Heart & Cardiology/PH

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Question
I am now a 50 yr old female who is quite obese. I feel like I am o a roller coaster. About 5 years ago my rvsp came back on an echo as 42. I began having echos every 3-6 months. The RSVP increased to 60 and stayed there for about 3 years. Last year my echo said the RVSP was 42 and now a yr later is it 53. Some things were notated along the way but I will post what  the latest one says. No one seems all that concerned except for me. Please offer any help. Should I have the echo repeated?
Conclusions:
The study quality is poor
The LV chamber size is normal
mild concentric LV hypertrophy is observed
Estimated EF is 50-55%
Abnormal LV diastolic function is observed
Left and right atrium is mildly dilated
No evidence of aortic stenosis
Mitral valve appears normal in structure and function
Mild tricuspid regurgitation
RVSP calculated t 53%
evidence of moderate PH
No pericardia effusion

Answer
Hi, i had actually replied to this a while ago but i guess it didn't send!

I am actually asked this question a lot, and i guess cardiologists should spend longer explaining the results of echocardiograms to their patients, as it is clearly of concern to them! Your echo is relatively normal in that cardiac structure and function is good.

The reason the RVSP is performed is that it provides an estimate of the pressure in the pulmonary arteries that supply the lung known as the PA pressure. The PA pressure is calculated by using the derived velocity of the tricuspid regurgitation jet and this is then added to the right atrial pressure, derived from the IVC to obtain an estimate. Importantly this is an estimate. There can be errors in the measurement of the tricuspid jet and also the IVC and therefore multiple sources of error in arriving at a final value. The person reading the echo officially usually reviews these components, but often there can be oversights. Even when accurately measured, an elevated PA pressure estimated form echo can still often be normal when more invasive studies such as cath are done.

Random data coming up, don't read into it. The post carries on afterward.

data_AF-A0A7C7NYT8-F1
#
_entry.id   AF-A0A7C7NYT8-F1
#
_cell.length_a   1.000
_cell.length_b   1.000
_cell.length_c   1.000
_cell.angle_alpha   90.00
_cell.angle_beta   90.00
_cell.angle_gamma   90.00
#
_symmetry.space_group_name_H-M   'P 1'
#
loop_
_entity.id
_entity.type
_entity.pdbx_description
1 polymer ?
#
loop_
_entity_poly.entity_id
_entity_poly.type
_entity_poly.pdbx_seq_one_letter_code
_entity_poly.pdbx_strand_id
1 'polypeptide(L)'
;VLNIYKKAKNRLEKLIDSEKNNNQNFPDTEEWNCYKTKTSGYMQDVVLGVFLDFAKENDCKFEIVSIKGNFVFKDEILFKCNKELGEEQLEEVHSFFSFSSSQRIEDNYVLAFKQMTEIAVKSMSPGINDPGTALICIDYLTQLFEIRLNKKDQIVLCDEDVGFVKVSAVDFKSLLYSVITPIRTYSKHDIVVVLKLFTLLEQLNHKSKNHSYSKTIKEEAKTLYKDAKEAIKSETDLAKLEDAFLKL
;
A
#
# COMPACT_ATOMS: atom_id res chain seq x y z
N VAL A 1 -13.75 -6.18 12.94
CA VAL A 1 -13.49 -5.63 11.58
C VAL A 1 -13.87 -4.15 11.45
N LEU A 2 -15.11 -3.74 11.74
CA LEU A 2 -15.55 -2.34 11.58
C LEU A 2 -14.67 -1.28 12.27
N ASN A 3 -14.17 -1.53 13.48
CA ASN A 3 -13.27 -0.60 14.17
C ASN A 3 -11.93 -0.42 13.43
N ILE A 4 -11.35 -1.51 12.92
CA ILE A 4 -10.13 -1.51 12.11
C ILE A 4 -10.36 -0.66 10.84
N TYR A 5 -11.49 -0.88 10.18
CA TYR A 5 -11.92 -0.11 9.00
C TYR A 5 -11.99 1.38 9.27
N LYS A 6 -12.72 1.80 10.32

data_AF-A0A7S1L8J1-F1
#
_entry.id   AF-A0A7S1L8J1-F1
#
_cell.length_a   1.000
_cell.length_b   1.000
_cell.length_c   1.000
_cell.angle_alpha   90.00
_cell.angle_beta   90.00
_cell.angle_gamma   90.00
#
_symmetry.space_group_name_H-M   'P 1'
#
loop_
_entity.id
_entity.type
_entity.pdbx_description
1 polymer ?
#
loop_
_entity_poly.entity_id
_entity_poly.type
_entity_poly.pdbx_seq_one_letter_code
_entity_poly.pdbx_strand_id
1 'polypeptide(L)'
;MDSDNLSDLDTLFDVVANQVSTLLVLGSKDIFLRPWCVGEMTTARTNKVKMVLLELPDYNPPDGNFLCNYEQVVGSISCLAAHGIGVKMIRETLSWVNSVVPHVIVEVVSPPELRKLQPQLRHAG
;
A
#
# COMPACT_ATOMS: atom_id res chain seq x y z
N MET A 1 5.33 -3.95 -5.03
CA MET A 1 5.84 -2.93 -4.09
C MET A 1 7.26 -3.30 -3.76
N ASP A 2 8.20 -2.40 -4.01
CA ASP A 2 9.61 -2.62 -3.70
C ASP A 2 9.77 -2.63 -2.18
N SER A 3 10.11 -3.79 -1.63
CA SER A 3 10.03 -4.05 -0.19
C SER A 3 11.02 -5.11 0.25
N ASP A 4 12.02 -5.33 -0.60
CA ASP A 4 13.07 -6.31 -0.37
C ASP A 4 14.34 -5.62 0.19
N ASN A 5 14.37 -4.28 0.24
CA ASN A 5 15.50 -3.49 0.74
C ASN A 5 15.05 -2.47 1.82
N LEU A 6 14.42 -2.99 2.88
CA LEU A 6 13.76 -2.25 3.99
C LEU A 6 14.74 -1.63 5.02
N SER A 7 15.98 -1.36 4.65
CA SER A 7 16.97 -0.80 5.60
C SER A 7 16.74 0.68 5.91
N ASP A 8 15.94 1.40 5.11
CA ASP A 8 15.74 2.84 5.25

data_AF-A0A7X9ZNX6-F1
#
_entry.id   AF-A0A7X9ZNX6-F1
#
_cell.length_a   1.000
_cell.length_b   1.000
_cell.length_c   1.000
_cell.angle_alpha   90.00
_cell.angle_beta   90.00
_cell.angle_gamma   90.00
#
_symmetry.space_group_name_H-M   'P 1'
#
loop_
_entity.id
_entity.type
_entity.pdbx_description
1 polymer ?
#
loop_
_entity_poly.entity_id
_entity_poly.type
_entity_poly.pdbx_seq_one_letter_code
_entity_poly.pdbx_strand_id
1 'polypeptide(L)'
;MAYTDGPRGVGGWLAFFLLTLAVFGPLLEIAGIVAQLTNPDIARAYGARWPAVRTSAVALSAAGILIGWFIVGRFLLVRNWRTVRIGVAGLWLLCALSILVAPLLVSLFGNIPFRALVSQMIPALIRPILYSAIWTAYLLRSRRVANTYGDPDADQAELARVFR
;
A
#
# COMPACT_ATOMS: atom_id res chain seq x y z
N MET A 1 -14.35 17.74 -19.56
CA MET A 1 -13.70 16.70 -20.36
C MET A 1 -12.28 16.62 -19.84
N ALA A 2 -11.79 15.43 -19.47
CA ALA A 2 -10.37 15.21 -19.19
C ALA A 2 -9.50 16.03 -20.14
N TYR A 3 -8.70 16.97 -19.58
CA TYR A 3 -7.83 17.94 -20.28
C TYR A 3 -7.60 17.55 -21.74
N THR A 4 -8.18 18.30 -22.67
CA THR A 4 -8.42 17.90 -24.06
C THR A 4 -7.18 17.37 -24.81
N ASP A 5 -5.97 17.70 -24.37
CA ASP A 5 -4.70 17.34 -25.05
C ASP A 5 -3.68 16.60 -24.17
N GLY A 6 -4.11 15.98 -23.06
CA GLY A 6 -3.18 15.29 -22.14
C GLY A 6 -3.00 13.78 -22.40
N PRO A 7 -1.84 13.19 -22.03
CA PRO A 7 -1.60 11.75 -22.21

Reassuringly pretty much all the components of your echo are normal otherwise Its reasonable to ask the simple question from your cardiologist, "Do I have pulmonary hypertension" (looks relatively mild even if you did). To answer that your echo will be reviewed and the components assessed for quality. If it is indeed confirmed you have a high PA pressure then the question is how high, is it affecting the right side of your heart, and do you have symptoms. A high pulmonary pressure can sometimes underlie shortness of breath.

I would ask your cardiologist for clarification of the above points, and to review the study. Ask if there is evidence of right sided heart strain. As if there are treatable causes in you for this (weight loss, treat sleep apnea, treat hypertension etc.). I wouldn't lose sleep over the findings you have as there are no critical findings on your echocardiogram. I would ensure that you confirm the findings and treat the treatable causes to ensure that there are no long term effects. If you have a high PA pressure, and symptoms or evidence of right heart strain, a right heart catheterization may be a good place to start.

Hope that was helpful,

Heart & Cardiology

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Mustafa Ahmed MD

Expertise

Cardiology, Interventional Cardiology, Cardiac Surgery, Hypertension, Pulmonary Embolism, Structural and Valve Disease

Experience

Board Certification Internal Medicine and Cardiology Interventional and Structural Cardiology

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http://blog.myheart.net

Publications
Multiple Publications In High Quality Peer Reviewed Journals. Internationally Recognized.

Education/Credentials
MD from The Royal Victoria University of Manchester, England Medicine, Cardiology, Interventional Cardiology, Research Training - University of Alabama

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